For the better part of a year, debt has loomed large over Seadrill’s future. In November 2016, it reached an agreement to postpone a debt restructuring agreement until April 30, 2017. On June 30th, $2.5 billion worth of debt matures. These two deadlines could drive the company into Chapter 11 proceedings unless it can conclude some sort of consensual restructuring agreement with debt holders. (See also: Seadrill Delays Debt Restructuring to April.)
Any new agreement is likely to involve additional amendments to the currently proposed bank amendments and a conversion of bonds to equity. Current stakeholders could face substantial dilution, along with potential financial losses. But bondholders will have to decide whether a diluted piece of the company is better than picking over scraps in bankruptcy proceedings.
Seadrill ramped up its fleet quickly between 2008 and 2013 when the market favored new offshore drilling. But once the price of oil collapsed, so did orders for new rigs and jackups. The company has committed to an aggressive capital expenditure program while losing some of its contracts. The filing admits a weak short-to-medium term outlook, fighting drilling contractors for opportunistic spot work at day rates that sometimes don’t break even. (See also: How Seadrill’s Stock Price Fell 10% in 6 Months.)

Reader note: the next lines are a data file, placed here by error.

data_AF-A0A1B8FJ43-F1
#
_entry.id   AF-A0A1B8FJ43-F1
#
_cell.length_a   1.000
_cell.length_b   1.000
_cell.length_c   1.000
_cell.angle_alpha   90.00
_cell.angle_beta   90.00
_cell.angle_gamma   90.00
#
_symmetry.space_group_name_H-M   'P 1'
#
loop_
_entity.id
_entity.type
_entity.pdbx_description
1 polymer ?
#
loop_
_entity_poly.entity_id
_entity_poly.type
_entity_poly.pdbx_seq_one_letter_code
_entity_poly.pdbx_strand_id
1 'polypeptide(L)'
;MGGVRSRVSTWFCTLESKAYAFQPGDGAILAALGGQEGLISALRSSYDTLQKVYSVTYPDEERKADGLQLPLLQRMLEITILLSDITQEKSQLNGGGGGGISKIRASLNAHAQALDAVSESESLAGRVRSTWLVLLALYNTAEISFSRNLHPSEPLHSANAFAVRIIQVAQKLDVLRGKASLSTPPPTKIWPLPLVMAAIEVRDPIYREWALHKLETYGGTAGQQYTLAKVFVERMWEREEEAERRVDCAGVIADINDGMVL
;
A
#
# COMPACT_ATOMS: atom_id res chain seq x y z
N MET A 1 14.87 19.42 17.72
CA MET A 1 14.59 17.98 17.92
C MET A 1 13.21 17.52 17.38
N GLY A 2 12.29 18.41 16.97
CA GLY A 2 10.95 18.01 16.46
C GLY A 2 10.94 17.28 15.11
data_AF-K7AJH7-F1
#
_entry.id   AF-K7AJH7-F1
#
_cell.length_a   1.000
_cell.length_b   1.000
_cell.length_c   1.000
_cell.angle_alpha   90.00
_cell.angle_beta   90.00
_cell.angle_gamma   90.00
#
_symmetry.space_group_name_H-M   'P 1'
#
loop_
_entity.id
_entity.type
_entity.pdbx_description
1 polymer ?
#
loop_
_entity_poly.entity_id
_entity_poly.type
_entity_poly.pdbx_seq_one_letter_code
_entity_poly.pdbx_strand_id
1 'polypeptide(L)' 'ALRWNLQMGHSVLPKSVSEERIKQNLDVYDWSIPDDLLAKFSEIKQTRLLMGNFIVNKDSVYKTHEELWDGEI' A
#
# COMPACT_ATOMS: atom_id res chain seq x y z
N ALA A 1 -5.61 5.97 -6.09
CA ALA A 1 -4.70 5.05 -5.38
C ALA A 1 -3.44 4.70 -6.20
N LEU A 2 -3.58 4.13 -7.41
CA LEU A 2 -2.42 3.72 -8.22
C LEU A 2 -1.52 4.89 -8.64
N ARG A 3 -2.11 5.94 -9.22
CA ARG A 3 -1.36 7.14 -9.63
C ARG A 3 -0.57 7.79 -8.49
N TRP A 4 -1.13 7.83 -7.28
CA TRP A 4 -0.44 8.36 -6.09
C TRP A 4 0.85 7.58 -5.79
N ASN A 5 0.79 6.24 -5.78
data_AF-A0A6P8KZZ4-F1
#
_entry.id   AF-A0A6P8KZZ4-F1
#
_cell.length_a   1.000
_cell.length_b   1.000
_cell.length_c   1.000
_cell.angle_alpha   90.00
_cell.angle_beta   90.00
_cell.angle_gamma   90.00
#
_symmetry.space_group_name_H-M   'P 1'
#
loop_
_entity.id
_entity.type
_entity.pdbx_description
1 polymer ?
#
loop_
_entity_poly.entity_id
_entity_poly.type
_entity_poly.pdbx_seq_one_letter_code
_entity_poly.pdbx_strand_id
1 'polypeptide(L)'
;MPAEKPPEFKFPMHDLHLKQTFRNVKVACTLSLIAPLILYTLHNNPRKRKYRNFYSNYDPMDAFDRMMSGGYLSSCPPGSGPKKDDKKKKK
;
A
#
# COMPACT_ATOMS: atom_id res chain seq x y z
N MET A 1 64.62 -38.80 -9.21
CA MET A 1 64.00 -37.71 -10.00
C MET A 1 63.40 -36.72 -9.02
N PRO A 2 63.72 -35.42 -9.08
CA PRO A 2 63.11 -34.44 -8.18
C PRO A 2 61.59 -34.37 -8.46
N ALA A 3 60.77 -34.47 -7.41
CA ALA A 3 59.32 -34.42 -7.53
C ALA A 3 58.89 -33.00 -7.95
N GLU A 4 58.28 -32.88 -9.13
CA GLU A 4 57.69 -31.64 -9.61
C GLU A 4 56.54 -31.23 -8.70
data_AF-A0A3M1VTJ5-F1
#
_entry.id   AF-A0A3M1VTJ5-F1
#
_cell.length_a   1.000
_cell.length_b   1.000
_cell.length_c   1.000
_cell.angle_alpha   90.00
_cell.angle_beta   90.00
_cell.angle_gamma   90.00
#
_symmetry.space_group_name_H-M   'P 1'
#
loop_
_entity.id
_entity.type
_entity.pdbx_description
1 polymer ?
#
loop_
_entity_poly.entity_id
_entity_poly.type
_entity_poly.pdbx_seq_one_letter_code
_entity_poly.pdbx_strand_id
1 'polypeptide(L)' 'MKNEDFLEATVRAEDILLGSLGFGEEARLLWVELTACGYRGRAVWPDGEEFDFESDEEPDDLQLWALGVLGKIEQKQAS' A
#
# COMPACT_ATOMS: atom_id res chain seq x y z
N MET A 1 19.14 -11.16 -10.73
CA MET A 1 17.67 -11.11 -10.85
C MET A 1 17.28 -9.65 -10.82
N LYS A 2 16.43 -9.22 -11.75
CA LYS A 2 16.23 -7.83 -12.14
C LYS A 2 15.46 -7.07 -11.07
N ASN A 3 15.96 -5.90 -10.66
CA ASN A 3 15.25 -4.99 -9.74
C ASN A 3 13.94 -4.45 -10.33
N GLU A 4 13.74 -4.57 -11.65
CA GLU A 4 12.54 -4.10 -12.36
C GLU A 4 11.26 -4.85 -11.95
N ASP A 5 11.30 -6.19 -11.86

The report does contain some bright spots. Net interest-bearing debt continues to fall, $8.4 billion currently, down from $9.9 billion one year ago. EPS is $0.24, slightly better than what the street expected. And, as CEO Per Wullf said, “Our scale and young fleet position us well for the eventual recovery in the industry.”
Whether Seadrill as it exists now makes it to that recovery is the question. Revenue is $667 million for the quarter, down around 30% from the fourth quarter of 2015. Wullf sees improved bidding activity and stabilized oil prices, but doesn’t expect day rates to improve in 2017. Seadrill has cut its workforce to the bare minimum needed to run the company; the next round of trimming will lead to scrapped and cold stacked rigs. Wullf remains optimistic, though, assured that his stakeholders “have demonstrated a desire to be part of a solution to our restructuring requirements with the right structure and terms."